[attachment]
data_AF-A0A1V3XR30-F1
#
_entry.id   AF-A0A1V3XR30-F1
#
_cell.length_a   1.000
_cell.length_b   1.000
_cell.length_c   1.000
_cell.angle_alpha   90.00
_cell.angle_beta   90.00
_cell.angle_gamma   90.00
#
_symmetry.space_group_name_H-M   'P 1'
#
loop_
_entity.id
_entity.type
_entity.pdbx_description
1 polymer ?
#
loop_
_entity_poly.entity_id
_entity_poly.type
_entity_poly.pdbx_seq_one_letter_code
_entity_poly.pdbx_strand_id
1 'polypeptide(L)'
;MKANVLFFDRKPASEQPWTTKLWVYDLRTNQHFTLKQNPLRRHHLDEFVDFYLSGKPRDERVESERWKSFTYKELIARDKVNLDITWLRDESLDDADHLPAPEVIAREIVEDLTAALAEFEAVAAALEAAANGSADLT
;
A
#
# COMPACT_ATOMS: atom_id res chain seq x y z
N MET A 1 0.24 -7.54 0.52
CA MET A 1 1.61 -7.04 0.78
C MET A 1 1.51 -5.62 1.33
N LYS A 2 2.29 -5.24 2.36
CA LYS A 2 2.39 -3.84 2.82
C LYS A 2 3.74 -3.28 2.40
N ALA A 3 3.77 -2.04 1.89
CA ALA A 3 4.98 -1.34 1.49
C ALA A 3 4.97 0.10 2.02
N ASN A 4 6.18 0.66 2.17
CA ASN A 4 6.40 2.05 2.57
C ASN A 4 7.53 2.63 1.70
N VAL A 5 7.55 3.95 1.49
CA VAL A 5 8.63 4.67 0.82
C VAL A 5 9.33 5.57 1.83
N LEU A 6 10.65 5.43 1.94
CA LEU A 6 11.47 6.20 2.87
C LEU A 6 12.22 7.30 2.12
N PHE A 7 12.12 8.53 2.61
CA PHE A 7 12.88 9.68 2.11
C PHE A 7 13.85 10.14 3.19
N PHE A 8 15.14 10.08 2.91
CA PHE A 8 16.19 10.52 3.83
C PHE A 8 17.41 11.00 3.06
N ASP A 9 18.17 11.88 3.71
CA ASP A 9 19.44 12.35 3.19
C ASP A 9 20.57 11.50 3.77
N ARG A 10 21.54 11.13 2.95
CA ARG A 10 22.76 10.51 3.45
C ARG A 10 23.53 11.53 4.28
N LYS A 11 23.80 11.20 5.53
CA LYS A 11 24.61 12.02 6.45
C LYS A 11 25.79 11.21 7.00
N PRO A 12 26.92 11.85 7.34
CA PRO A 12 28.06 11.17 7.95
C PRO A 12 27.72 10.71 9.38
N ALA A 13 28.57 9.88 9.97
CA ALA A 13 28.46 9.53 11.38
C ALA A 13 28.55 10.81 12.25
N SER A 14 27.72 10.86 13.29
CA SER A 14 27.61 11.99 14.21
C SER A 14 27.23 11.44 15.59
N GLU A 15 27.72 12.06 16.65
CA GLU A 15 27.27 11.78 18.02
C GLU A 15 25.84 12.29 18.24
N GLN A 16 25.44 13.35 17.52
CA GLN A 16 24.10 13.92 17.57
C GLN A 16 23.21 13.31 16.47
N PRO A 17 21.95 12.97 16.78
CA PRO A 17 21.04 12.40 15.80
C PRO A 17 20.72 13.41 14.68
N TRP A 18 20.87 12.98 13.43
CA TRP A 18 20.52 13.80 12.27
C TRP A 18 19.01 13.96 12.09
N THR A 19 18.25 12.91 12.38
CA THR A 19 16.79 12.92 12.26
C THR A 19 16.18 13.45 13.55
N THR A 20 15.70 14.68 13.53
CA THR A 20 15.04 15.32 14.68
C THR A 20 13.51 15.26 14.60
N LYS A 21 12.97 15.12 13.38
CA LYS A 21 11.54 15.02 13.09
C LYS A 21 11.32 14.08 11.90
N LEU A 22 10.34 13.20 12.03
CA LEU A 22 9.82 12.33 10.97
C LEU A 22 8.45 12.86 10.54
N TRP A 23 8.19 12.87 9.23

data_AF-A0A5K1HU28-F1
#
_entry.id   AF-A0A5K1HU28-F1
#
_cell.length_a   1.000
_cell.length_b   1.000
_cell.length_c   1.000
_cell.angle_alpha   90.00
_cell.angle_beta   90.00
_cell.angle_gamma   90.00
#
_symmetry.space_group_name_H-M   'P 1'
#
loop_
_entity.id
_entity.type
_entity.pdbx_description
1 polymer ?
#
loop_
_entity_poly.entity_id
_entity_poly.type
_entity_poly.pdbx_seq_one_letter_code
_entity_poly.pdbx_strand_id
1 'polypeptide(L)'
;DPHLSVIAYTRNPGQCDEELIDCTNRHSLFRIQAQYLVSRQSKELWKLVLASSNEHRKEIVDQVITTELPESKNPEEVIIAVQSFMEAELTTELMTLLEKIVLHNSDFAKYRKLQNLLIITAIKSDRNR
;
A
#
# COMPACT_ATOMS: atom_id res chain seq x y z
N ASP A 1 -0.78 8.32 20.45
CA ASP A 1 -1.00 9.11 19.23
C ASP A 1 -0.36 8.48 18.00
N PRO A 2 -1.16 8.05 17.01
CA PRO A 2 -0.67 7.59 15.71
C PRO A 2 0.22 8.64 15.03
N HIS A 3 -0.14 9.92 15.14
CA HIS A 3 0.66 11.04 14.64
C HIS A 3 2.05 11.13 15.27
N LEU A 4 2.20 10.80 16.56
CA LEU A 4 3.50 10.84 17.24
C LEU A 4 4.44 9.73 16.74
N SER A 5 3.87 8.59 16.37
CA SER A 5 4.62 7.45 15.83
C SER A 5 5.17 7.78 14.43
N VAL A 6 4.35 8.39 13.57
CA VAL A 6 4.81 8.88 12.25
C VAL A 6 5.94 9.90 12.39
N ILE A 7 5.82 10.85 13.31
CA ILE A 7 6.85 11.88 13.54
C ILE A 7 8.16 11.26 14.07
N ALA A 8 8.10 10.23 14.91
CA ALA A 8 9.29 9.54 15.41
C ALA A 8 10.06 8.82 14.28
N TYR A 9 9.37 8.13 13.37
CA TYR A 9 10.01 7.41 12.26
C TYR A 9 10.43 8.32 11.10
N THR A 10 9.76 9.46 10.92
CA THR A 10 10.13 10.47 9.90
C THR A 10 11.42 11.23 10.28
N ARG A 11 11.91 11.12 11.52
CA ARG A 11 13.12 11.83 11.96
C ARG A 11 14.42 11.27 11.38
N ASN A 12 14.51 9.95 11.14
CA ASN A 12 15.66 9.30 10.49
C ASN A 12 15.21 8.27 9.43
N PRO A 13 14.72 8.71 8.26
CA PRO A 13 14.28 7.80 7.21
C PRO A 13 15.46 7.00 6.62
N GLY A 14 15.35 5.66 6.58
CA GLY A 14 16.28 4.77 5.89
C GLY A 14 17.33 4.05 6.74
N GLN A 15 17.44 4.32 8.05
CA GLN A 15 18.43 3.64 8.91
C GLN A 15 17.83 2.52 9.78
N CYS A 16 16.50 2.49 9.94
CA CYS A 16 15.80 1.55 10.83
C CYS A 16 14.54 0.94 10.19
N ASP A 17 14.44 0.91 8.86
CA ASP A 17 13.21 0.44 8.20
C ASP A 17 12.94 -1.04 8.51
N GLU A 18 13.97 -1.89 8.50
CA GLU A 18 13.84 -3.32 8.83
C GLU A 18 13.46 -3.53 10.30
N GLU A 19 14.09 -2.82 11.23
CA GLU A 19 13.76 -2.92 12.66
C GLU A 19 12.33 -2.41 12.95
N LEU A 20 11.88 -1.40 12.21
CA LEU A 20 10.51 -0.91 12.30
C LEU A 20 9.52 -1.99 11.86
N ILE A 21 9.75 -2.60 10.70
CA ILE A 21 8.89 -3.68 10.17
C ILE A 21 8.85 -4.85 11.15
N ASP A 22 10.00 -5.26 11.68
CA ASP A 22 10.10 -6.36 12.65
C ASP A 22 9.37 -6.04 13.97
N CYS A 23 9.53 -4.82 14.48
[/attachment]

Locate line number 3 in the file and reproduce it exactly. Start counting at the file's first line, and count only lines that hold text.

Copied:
_entry.id   AF-A0A1V3XR30-F1